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Thursday, 28 November 2013

Editing Shorthand

It's been a long, long time since I did proper paper edits on a novel draft. I mean, I've done bits and pieces, odd chapters, but it's a long time since I held a full draft in my hands then attacked it mercilessly with a pen. True, my rewrites on 'Danni' have leapfrogged finishing the first draft of 'Kathy' (as planned here) but there's a good reason for that. Finishing the first draft of 'Izzy', jumping straight into NaNo and then going back to trying to complete a third first draft in a row felt...well, ludicrous, even for me. So I picked up the edits and spent a solid six hours highlighting what needs to be changed and weighing up every sentence. As I went, I found myself coming up with my own little editing shorthand that I felt like sharing. Some of it's standard, some of it's a little peculiar...

  • Check - Means what it says, for the most part. I'm not completely happy with the sentence as it reads so I need to look into it further and see if I can change it. 
  • Rephrase - I know that the sentence definitely isn't right and needs a complete overhaul.
  • (?) - My word choice isn't right in a portion of the sentence, think it over and consult a thesaurus. 
  • Foreshadow - Exactly what it says. Perfect moment for foreshadowing something that happens later.
  • Check E/T - Nope, this doesn't mean consult the resident alien. It means consult The Emotion Thesaurus, an excellent writing guide I discussed in more detail in this post, 'I Said Love - Or Did I?'
  • M/C - Stands for 'more common'. I apparently have a habit of making my antagonists far too posh. In this case, it really doesn't work so I'm peppering his dialogue with these notes to remind me to rough up his language a bit.
  • Tag - Sentence isn't reading well, may need to rearrange the character tagging or add a tag in.
  • Extend - More of it, I want more of it.
  • Clunky - Well, it's...clunky.
  • (P) - Punctuation change. 

I'm assuming most of that is normal. I'm also assuming it's a list that'll continue to get longer. I have to say, though, losing myself in these edits is proving rather delightful. The only difficulty is, once I've made notes on what edits I want to make, I have to go back to PhD work for a week. Who knows when I'll be able to actually implement the edits?

Wednesday, 27 November 2013

Blogging NaNoWriMo 2013: Draft Finished and Validation

There we go. Did a hell of a lot of writing in the last couple of days and finished the novel draft at 57,287 words (using my word counter, not the dodgy one on the site that brings it up to 57,466). I actually think that makes it one of my longest first drafts. My last two NaNo successes came in at 54,000 and 51,000. No problem. I like working from the bottom up and adding in is a hell of a lot easier than having to disentangle the plot to condense it.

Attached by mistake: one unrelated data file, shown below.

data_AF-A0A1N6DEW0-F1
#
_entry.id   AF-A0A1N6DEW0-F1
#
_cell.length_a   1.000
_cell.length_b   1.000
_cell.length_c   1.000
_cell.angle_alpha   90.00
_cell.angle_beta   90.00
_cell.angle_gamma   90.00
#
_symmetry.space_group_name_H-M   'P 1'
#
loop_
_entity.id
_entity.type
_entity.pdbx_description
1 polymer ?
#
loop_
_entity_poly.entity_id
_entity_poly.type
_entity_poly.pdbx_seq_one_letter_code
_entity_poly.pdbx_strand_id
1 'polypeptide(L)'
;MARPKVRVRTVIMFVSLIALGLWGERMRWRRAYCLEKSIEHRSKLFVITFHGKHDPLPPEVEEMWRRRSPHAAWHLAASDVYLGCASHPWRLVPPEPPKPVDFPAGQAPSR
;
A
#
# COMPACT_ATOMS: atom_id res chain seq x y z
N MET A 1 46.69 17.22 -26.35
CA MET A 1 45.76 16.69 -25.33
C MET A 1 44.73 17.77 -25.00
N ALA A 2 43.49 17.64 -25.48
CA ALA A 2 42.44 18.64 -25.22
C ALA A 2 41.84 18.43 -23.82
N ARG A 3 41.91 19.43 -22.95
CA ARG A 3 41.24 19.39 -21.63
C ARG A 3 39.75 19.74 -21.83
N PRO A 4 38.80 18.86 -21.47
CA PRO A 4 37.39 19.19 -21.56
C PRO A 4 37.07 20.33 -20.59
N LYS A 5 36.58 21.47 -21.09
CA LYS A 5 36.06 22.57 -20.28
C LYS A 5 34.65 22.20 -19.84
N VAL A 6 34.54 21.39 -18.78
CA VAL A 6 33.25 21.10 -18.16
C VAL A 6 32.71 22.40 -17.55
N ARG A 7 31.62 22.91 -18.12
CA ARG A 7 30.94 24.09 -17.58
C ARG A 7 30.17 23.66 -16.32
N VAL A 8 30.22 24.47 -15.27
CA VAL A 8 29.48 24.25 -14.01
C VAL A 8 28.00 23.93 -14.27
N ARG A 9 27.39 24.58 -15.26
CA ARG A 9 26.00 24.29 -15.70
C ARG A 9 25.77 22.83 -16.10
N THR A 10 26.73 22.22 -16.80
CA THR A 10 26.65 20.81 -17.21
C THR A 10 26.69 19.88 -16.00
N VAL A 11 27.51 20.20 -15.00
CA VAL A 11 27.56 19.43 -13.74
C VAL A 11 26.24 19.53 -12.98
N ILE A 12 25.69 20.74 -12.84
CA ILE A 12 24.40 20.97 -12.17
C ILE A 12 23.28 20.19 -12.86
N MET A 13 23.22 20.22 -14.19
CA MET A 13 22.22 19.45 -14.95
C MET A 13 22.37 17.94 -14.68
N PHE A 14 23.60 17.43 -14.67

With this novel, I knew the ending when I started but the getting there was a bit of a mystery to me. Along the way, some characters sprouted into distasteful people and one, supposedly small, character took a leading role towards the end. I think that was thanks in part from the reaction I got about her from the one person who's allowed to read everything I write. Anyhow, the character definitely developed and, when the rewrite finally happens, I can't wait to develop her in particular.

Did utilising the places I'd just been for my holiday mean it turned into a dictation of places and things? I hope not and I don't think so. In the end, I was so eager to distance myself from the holiday that the characters sped away from the things I tried to describe. Maybe that's something I need to work on in the rewrite too.

So am I happier with the draft now? Well, yes, I'm happy with the story as it is on paper but that sense of euphoria I mentioned on Monday is still sadly lacking. That's not to say the story couldn't be good with some work but just that I'm not in the frame of mind to make it good now. I wonder when I will be.

Monday, 25 November 2013

Blogging NaNoWriMo 2013: Got There

Last night, not long before midnight, I hit the 50,000 word mark with six days to go. I haven't validated yet since I want to finish the whole draft before the end of November and, to be honest, validating and seeing the 'Winner' mark next to my name isn't something that appeals to me too much at the moment. I guess that sums up the whole problem.

There was a short burst of delight that lasted precisely the length of two songs (one Shania Twain and one from Betty Blue Eyes) then...nothing. Last year and in 2011 there was exhaustion and happiness. Despite knowing how much work had to (and still has to, in point of fact) be put into those drafts, the idea of having a first draft on paper made me grin. Maybe that's the problem here - that I haven't finished the draft. Maybe when it's complete I'll feel a little...happier - who knows?

I'll get back to you when I reach that next milestone, hopefully before the month's out. In the meantime, here's Donald O'Connor solving his problems the best way he knows how - getting incredibly drunk and wrecking a restaurant. Don't tempt me, Donald, don't tempt me.

Friday, 22 November 2013

Blogging NaNoWriMo 2013: Over 40,000